After a quick nap, Henry wakes and reflects with delight that the test of his courage is over. He feels great about himself. He shakes hands with other soldiers. Everyone is proud.
Henry has to interpret his courage after the fact. During battle, he had no sense of it. His judgment is premature, indicating his inexperience.
But the celebration quickly ends when the soldiers realize the enemy is charging again. Preparing to fight again, the soldiers now feel dejected, like slaves forced to fight by their masters. Everyone complains about the lack of reinforcements.
The flip side to being a laborer is being a slave. The soldiers' changes with their mood—now that they're scared, they feel victimized again.
Henry feels intimidated by the persistence of the enemy. Who are these guys, anyway? Didn't they just get beaten? Henry's confidence drains away, and he begins to feel nervous and jittery.
As the fighting begins, a soldier near Henry jumps up and runs away howling. Soon other soldiers drop their guns and flee. Feeling left behind and terrified, Henry turns and runs with no sense of direction. With his back to the fighting, Henry is more scared than ever, and he races to stay ahead of the retreating pack.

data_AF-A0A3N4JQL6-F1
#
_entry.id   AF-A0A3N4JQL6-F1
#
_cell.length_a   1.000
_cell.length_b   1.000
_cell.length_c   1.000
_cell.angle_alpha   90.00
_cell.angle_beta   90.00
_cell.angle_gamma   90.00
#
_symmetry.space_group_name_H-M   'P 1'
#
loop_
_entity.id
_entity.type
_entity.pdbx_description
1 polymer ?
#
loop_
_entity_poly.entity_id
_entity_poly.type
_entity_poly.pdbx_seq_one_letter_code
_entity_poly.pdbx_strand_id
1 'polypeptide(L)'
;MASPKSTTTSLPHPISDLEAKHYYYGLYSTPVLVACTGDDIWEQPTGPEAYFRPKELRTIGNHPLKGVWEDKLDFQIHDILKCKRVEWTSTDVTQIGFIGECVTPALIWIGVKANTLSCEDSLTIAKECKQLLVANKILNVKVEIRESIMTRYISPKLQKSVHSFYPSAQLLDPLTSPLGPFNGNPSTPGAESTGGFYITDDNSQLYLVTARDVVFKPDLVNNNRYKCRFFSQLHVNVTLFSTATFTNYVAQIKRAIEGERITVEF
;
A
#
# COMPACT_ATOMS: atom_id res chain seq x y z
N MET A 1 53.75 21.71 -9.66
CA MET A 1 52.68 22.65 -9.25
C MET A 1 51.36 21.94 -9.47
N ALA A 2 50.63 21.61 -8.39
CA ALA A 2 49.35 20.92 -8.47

Compare this to Jim's answer in Chapter 1 about following the lead of others. When each man feels isolated and afraid, the soldiers' sense of fraternity disintegrates into a mob with every man out for himself.
Henry runs past a battery of artillery gunners and sees reinforcements coming. He feels these soldiers, now in the path of the enemy, are either wondrous men or total idiots. His pace slows as he gets further behind the lines of reinforcement. He slinks past a general on horseback and, as he does so, overhears that Henry's regiment held off the charge.
Henry's perspective on his own courage depends entirely on the events of the battle. When he thought everyone ran, he felt smart for running. When he learns that other soldiers stayed behind and were victorious, he feels ashamed. .